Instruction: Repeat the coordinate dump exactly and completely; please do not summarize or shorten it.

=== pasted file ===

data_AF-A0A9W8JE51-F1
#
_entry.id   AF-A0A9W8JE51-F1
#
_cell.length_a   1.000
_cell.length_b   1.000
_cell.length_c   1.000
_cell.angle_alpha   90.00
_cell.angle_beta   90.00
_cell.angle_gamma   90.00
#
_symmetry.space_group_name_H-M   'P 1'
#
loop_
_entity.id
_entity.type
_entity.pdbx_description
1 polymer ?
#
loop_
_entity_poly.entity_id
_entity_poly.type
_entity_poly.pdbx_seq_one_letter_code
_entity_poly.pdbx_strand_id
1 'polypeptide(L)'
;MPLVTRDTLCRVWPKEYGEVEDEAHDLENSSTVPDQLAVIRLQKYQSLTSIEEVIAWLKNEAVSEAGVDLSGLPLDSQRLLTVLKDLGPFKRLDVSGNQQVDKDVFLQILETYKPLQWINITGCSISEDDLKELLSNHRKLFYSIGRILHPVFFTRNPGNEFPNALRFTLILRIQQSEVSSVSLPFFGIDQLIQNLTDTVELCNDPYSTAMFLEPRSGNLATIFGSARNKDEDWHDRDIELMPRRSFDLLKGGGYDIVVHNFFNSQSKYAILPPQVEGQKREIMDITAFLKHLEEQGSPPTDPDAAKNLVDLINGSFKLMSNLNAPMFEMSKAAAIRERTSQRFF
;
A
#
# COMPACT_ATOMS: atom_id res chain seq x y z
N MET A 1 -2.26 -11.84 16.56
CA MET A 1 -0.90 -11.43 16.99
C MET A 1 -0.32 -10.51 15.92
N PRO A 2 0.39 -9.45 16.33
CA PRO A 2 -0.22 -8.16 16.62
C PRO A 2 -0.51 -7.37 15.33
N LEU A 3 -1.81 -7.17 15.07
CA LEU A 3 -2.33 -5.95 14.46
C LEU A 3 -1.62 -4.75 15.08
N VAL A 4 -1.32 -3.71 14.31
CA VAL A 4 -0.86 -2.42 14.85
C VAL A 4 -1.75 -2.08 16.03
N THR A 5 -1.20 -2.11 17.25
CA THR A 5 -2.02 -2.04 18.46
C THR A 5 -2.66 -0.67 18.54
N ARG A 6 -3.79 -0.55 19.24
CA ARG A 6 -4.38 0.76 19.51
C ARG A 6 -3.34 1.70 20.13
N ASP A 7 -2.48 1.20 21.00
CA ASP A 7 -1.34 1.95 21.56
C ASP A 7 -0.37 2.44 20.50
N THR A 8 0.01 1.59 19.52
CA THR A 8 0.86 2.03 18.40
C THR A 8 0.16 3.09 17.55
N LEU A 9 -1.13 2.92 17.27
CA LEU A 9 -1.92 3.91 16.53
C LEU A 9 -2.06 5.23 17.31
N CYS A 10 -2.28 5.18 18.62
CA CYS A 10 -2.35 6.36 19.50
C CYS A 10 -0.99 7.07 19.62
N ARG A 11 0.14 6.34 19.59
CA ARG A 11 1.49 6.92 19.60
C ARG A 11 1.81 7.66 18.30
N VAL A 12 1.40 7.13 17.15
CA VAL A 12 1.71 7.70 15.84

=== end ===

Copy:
data_AF-A0A9W8JE51-F1
#
_entry.id   AF-A0A9W8JE51-F1
#
_cell.length_a   1.000
_cell.length_b   1.000
_cell.length_c   1.000
_cell.angle_alpha   90.00
_cell.angle_beta   90.00
_cell.angle_gamma   90.00
#
_symmetry.space_group_name_H-M   'P 1'
#
loop_
_entity.id
_entity.type
_entity.pdbx_description
1 polymer ?
#
loop_
_entity_poly.entity_id
_entity_poly.type
_entity_poly.pdbx_seq_one_letter_code
_entity_poly.pdbx_strand_id
1 'polypeptide(L)'
;MPLVTRDTLCRVWPKEYGEVEDEAHDLENSSTVPDQLAVIRLQKYQSLTSIEEVIAWLKNEAVSEAGVDLSGLPLDSQRLLTVLKDLGPFKRLDVSGNQQVDKDVFLQILETYKPLQWINITGCSISEDDLKELLSNHRKLFYSIGRILHPVFFTRNPGNEFPNALRFTLILRIQQSEVSSVSLPFFGIDQLIQNLTDTVELCNDPYSTAMFLEPRSGNLATIFGSARNKDEDWHDRDIELMPRRSFDLLKGGGYDIVVHNFFNSQSKYAILPPQVEGQKREIMDITAFLKHLEEQGSPPTDPDAAKNLVDLINGSFKLMSNLNAPMFEMSKAAAIRERTSQRFF
;
A
#
# COMPACT_ATOMS: atom_id res chain seq x y z
N MET A 1 -2.26 -11.84 16.56
CA MET A 1 -0.90 -11.43 16.99
C MET A 1 -0.32 -10.51 15.92
N PRO A 2 0.39 -9.45 16.33
CA PRO A 2 -0.22 -8.16 16.62
C PRO A 2 -0.51 -7.37 15.33
N LEU A 3 -1.81 -7.17 15.07
CA LEU A 3 -2.33 -5.95 14.46
C LEU A 3 -1.62 -4.75 15.08
N VAL A 4 -1.32 -3.71 14.31
CA VAL A 4 -0.86 -2.42 14.85
C VAL A 4 -1.75 -2.08 16.03
N THR A 5 -1.20 -2.11 17.25
CA THR A 5 -2.02 -2.04 18.46
C THR A 5 -2.66 -0.67 18.54
N ARG A 6 -3.79 -0.55 19.24
CA ARG A 6 -4.38 0.76 19.51
C ARG A 6 -3.34 1.70 20.13
N ASP A 7 -2.48 1.20 21.00
CA ASP A 7 -1.34 1.95 21.56
C ASP A 7 -0.37 2.44 20.50
N THR A 8 0.01 1.59 19.52
CA THR A 8 0.86 2.03 18.40
C THR A 8 0.16 3.09 17.55
N LEU A 9 -1.13 2.92 17.27
CA LEU A 9 -1.92 3.91 16.53
C LEU A 9 -2.06 5.23 17.31
N CYS A 10 -2.28 5.18 18.62
CA CYS A 10 -2.35 6.36 19.50
C CYS A 10 -0.99 7.07 19.62
N ARG A 11 0.14 6.34 19.59
CA ARG A 11 1.49 6.92 19.60
C ARG A 11 1.81 7.66 18.30
N VAL A 12 1.40 7.13 17.15
CA VAL A 12 1.71 7.70 15.84